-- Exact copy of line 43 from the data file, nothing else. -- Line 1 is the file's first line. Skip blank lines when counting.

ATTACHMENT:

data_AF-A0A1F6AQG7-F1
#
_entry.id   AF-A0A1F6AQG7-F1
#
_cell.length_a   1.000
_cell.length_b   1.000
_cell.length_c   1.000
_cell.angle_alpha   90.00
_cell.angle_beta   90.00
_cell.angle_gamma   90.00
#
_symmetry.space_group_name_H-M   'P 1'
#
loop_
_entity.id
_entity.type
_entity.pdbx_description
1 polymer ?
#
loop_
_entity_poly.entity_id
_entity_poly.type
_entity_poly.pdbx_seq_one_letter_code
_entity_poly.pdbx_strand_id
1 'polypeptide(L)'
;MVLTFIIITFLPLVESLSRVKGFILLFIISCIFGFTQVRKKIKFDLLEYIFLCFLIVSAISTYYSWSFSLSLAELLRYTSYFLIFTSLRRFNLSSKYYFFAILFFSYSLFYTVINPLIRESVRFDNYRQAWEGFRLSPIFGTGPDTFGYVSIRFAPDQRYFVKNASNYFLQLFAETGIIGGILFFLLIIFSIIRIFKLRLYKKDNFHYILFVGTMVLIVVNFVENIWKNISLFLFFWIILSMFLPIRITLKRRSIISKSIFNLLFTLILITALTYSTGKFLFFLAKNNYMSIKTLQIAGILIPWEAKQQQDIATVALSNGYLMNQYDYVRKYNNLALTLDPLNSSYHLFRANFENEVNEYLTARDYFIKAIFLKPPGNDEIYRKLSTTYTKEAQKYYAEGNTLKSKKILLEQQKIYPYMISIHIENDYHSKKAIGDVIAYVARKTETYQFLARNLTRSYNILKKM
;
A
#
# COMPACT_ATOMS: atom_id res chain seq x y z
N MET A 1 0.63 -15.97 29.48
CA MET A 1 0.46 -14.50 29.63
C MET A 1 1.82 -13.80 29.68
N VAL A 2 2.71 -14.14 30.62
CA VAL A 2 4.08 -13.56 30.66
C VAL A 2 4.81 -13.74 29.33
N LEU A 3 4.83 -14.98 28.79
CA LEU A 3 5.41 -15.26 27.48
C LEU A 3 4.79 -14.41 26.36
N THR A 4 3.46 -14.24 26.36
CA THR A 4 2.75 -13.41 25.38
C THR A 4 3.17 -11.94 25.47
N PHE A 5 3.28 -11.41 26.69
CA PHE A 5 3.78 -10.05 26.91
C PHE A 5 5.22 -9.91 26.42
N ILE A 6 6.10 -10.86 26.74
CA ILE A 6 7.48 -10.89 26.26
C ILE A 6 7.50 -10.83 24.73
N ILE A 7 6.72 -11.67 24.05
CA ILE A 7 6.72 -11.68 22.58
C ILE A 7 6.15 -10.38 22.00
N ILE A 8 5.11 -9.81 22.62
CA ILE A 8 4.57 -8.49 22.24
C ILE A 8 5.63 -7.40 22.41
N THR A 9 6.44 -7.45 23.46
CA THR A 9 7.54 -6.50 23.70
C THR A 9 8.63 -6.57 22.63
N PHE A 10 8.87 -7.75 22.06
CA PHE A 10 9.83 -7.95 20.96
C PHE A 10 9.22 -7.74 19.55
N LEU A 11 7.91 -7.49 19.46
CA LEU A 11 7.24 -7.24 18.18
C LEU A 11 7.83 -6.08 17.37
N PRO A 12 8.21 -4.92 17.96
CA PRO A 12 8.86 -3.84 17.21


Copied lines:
N PHE A 5 3.28 -11.41 26.69